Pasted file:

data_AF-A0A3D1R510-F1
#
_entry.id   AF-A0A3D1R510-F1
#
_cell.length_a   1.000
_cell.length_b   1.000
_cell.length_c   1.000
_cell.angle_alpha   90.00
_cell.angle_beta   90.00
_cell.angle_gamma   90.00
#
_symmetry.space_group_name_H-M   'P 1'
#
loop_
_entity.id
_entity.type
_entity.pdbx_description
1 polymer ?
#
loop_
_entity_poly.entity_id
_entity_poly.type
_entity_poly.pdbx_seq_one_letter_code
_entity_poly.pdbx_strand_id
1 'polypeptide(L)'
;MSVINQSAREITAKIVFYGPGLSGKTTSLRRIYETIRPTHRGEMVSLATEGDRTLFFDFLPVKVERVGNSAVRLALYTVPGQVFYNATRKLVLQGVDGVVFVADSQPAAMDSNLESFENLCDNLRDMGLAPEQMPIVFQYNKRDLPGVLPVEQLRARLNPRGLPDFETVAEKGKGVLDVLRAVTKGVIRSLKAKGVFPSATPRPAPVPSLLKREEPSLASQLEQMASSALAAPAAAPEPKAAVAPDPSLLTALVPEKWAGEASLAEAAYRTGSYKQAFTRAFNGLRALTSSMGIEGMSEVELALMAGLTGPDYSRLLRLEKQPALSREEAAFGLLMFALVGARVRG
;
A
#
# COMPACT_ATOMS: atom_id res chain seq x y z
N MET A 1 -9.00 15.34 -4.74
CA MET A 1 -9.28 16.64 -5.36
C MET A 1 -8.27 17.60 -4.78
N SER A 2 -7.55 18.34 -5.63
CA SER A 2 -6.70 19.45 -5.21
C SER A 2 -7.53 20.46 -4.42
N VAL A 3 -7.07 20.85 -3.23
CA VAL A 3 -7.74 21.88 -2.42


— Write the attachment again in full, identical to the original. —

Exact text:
data_AF-A0A3D1R510-F1
#
_entry.id   AF-A0A3D1R510-F1
#
_cell.length_a   1.000
_cell.length_b   1.000
_cell.length_c   1.000
_cell.angle_alpha   90.00
_cell.angle_beta   90.00
_cell.angle_gamma   90.00
#
_symmetry.space_group_name_H-M   'P 1'
#
loop_
_entity.id
_entity.type
_entity.pdbx_description
1 polymer ?
#
loop_
_entity_poly.entity_id
_entity_poly.type
_entity_poly.pdbx_seq_one_letter_code
_entity_poly.pdbx_strand_id
1 'polypeptide(L)'
;MSVINQSAREITAKIVFYGPGLSGKTTSLRRIYETIRPTHRGEMVSLATEGDRTLFFDFLPVKVERVGNSAVRLALYTVPGQVFYNATRKLVLQGVDGVVFVADSQPAAMDSNLESFENLCDNLRDMGLAPEQMPIVFQYNKRDLPGVLPVEQLRARLNPRGLPDFETVAEKGKGVLDVLRAVTKGVIRSLKAKGVFPSATPRPAPVPSLLKREEPSLASQLEQMASSALAAPAAAPEPKAAVAPDPSLLTALVPEKWAGEASLAEAAYRTGSYKQAFTRAFNGLRALTSSMGIEGMSEVELALMAGLTGPDYSRLLRLEKQPALSREEAAFGLLMFALVGARVRG
;
A
#
# COMPACT_ATOMS: atom_id res chain seq x y z
N MET A 1 -9.00 15.34 -4.74
CA MET A 1 -9.28 16.64 -5.36
C MET A 1 -8.27 17.60 -4.78
N SER A 2 -7.55 18.34 -5.63
CA SER A 2 -6.70 19.45 -5.21
C SER A 2 -7.53 20.46 -4.42
N VAL A 3 -7.07 20.85 -3.23
CA VAL A 3 -7.74 21.88 -2.42